Admitted, Sri Lanka were ejected from the World Cup in the group stages. And they did notch three losses against Australia, South Africa and England between their wins against Bangladesh and West Indies in the Super 12s. But did they also exceed hopes with some excellent performances? True, three out of five wins were against [...]


Sri Lanka’s epic journey in the ICC World Cup T20


Pix courtesy Sameera Peiris in Dubai

Admitted, Sri Lanka were ejected from the World Cup in the group stages. And they did notch three losses against Australia, South Africa and England between their wins against Bangladesh and West Indies in the Super 12s.

But did they also exceed hopes with some excellent performances?

True, three out of five wins were against ‘minnows’. But didn’t Sri Lanka push teams like South Africa and England to the brink of defeat?

The only game Sri Lanka were completely outplayed in was the one with Australia, where they failed across all departments to challenge the men in yellow. Expectations in the team were realistic leading to the World Cup. Not only was there little anticipation of them reaching the semis–the fear was also that Sri Lanka would be eliminated from the qualifying round as they hadn’t shown much by way of form.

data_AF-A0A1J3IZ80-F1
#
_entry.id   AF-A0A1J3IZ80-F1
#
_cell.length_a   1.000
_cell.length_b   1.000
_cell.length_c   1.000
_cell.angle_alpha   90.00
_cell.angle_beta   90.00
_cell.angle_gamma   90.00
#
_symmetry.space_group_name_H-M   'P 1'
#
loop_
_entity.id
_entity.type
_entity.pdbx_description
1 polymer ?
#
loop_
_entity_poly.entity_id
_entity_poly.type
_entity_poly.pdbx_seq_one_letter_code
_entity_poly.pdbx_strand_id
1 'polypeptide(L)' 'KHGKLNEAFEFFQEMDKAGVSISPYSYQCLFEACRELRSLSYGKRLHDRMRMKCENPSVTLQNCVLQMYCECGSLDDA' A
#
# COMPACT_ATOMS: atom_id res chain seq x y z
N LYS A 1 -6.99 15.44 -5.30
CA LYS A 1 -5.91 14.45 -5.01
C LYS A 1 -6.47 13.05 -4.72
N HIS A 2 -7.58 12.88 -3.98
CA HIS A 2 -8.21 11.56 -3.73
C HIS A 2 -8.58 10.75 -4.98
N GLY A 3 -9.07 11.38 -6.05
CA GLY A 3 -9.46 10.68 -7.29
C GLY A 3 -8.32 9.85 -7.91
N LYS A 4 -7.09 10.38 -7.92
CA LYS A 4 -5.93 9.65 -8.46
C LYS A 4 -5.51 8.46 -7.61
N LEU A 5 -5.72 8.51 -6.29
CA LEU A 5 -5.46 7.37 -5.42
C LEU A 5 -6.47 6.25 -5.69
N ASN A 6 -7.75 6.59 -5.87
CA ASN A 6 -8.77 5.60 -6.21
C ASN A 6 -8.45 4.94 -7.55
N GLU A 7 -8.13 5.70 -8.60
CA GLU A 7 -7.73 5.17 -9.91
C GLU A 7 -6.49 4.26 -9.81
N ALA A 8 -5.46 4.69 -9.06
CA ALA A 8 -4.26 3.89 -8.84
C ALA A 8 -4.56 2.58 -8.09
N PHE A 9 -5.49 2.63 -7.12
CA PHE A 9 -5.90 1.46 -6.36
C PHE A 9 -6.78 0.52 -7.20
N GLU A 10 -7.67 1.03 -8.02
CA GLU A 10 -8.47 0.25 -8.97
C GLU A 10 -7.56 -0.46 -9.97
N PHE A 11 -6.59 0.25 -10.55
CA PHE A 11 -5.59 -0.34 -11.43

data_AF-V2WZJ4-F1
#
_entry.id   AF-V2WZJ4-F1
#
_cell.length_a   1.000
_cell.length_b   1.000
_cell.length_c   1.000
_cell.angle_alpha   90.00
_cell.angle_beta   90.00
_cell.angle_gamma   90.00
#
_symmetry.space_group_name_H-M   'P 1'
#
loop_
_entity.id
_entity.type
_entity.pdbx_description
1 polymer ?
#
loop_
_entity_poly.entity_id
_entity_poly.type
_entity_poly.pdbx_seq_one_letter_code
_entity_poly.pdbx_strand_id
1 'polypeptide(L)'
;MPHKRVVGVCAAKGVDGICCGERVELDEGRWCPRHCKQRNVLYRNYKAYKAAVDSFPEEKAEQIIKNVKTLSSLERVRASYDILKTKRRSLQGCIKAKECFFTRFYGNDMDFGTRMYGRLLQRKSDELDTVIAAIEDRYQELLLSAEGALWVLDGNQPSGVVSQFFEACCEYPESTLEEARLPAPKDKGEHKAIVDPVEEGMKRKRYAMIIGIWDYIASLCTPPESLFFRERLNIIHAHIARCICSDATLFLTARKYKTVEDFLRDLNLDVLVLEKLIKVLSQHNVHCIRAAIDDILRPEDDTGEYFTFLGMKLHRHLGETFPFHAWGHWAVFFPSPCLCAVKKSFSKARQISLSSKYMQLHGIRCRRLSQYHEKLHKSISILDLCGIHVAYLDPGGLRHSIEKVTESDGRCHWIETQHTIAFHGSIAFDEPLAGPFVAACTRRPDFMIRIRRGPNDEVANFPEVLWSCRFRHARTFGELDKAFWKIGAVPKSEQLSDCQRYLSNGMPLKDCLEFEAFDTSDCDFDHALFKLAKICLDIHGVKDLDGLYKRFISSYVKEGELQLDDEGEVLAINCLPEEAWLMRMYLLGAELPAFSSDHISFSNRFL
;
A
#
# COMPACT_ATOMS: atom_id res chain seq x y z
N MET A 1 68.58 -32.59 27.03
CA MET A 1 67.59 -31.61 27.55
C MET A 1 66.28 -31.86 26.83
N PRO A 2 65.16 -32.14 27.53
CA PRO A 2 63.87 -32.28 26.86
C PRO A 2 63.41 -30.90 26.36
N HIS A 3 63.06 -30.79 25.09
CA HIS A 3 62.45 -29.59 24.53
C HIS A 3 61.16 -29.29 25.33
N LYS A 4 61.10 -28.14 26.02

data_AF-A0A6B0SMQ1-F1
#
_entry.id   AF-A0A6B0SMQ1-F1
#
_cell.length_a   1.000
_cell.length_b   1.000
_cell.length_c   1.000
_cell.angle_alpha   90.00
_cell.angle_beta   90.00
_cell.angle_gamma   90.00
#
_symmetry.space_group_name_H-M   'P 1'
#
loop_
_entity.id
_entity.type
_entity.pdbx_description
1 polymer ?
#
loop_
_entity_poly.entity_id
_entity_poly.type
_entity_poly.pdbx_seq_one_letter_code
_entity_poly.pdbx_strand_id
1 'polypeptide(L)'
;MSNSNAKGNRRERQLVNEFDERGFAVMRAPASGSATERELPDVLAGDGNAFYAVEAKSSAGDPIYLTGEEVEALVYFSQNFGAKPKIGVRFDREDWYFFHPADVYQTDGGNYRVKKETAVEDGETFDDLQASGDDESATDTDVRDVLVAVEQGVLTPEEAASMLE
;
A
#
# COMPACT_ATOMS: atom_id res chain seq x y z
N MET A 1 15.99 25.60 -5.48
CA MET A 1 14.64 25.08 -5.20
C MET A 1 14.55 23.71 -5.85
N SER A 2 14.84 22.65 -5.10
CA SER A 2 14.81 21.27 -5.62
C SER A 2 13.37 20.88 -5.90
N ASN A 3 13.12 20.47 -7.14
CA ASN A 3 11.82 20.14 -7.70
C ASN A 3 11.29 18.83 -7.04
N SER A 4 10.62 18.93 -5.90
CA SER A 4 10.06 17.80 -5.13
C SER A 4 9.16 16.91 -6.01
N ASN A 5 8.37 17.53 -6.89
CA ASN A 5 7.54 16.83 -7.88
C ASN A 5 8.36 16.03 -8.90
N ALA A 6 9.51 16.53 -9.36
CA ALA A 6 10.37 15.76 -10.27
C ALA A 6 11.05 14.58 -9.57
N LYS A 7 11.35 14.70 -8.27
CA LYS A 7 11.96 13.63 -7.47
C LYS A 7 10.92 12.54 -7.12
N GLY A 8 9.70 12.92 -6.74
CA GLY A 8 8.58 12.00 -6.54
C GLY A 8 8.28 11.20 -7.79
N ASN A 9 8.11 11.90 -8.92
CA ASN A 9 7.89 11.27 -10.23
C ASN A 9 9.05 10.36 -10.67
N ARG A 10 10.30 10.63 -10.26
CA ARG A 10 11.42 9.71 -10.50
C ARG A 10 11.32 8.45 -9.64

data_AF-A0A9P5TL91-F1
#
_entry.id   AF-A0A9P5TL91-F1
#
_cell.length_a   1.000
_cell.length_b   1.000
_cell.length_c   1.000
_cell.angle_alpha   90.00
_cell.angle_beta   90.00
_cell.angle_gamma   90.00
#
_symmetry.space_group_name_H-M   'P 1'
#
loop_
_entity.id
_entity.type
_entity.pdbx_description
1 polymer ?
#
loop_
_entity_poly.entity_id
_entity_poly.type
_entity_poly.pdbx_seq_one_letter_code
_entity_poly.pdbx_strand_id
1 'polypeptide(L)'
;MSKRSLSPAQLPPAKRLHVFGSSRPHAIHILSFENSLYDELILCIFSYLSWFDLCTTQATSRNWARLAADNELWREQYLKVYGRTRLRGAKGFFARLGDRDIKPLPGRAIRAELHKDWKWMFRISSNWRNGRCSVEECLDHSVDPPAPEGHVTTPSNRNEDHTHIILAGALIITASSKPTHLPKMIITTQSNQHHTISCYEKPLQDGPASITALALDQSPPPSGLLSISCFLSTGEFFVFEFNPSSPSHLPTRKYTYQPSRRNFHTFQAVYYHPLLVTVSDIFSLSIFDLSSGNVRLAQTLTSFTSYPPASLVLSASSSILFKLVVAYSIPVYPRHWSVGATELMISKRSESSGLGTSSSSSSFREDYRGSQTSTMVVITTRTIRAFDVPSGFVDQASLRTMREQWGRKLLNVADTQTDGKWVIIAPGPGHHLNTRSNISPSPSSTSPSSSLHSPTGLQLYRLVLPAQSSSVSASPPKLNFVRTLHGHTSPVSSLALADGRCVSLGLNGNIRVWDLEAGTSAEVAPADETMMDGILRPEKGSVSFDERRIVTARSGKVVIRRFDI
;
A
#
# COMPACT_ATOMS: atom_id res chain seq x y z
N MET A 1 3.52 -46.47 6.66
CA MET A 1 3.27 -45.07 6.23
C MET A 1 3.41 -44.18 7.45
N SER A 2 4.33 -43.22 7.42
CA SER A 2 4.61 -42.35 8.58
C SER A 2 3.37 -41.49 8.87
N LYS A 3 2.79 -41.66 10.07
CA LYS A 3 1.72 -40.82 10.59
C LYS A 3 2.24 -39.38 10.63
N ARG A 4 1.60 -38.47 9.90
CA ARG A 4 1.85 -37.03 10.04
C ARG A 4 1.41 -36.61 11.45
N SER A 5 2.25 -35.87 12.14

They had lost to South Africa badly at home, giving away the series 3-0 and forcing selectors to make some last-minute changes to the squad. Pathum Nissanka, for instance, was not in the original list of players or even in the reserve list of four but was brought in to the side. Lahiru Kumara, Akila Dananjaya and Binura Fernando were among the reserves who were drafted into the 15 when the squad was shuffled belatedly.

There were changes to the batting order, too. Nissanka was promoted at the top of the order to partner Kusal Perera. And, man, what a tournament the 23-year-old had–ending the tour as the second-highest scorer at the time Sri Lanka exited. His 221 runs came off eight games and included three half-centuries.

The manner in which he manoeuvred the field was impressive, sneaking in singles and hitting mostly down the ground, without trying to employ big hits. The flick played against Ravi Rampaul by walking wide to his off-stump and hitting it to the deep square leg boundary has earned him a comparison with Australian batter Steve Smith, who has a unique approach to his batting.